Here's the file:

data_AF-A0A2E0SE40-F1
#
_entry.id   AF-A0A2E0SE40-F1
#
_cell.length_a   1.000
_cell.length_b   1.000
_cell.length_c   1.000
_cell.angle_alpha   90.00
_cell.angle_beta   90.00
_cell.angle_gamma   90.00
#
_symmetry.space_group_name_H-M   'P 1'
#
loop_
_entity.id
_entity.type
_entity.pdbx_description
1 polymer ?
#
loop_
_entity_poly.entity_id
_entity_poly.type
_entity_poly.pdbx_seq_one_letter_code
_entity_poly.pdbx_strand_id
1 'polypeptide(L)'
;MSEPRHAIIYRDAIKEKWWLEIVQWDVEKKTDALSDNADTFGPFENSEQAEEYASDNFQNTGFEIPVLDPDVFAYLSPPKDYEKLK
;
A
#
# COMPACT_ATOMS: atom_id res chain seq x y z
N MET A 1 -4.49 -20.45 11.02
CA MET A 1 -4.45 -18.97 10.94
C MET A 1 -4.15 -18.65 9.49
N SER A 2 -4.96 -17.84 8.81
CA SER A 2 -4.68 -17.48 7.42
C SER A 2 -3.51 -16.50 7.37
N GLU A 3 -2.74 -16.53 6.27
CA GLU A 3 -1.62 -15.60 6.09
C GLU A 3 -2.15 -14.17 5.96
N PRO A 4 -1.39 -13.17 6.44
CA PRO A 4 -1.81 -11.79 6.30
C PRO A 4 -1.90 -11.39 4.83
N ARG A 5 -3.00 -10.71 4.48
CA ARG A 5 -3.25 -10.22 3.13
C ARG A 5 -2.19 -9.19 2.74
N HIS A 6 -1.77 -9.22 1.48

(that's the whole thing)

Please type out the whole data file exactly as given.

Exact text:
data_AF-A0A2E0SE40-F1
#
_entry.id   AF-A0A2E0SE40-F1
#
_cell.length_a   1.000
_cell.length_b   1.000
_cell.length_c   1.000
_cell.angle_alpha   90.00
_cell.angle_beta   90.00
_cell.angle_gamma   90.00
#
_symmetry.space_group_name_H-M   'P 1'
#
loop_
_entity.id
_entity.type
_entity.pdbx_description
1 polymer ?
#
loop_
_entity_poly.entity_id
_entity_poly.type
_entity_poly.pdbx_seq_one_letter_code
_entity_poly.pdbx_strand_id
1 'polypeptide(L)'
;MSEPRHAIIYRDAIKEKWWLEIVQWDVEKKTDALSDNADTFGPFENSEQAEEYASDNFQNTGFEIPVLDPDVFAYLSPPKDYEKLK
;
A
#
# COMPACT_ATOMS: atom_id res chain seq x y z
N MET A 1 -4.49 -20.45 11.02
CA MET A 1 -4.45 -18.97 10.94
C MET A 1 -4.15 -18.65 9.49
N SER A 2 -4.96 -17.84 8.81
CA SER A 2 -4.68 -17.48 7.42
C SER A 2 -3.51 -16.50 7.37
N GLU A 3 -2.74 -16.53 6.27
CA GLU A 3 -1.62 -15.60 6.09
C GLU A 3 -2.15 -14.17 5.96
N PRO A 4 -1.39 -13.17 6.44
CA PRO A 4 -1.81 -11.79 6.30
C PRO A 4 -1.90 -11.39 4.83
N ARG A 5 -3.00 -10.71 4.48
CA ARG A 5 -3.25 -10.22 3.13
C ARG A 5 -2.19 -9.19 2.74
N HIS A 6 -1.77 -9.22 1.48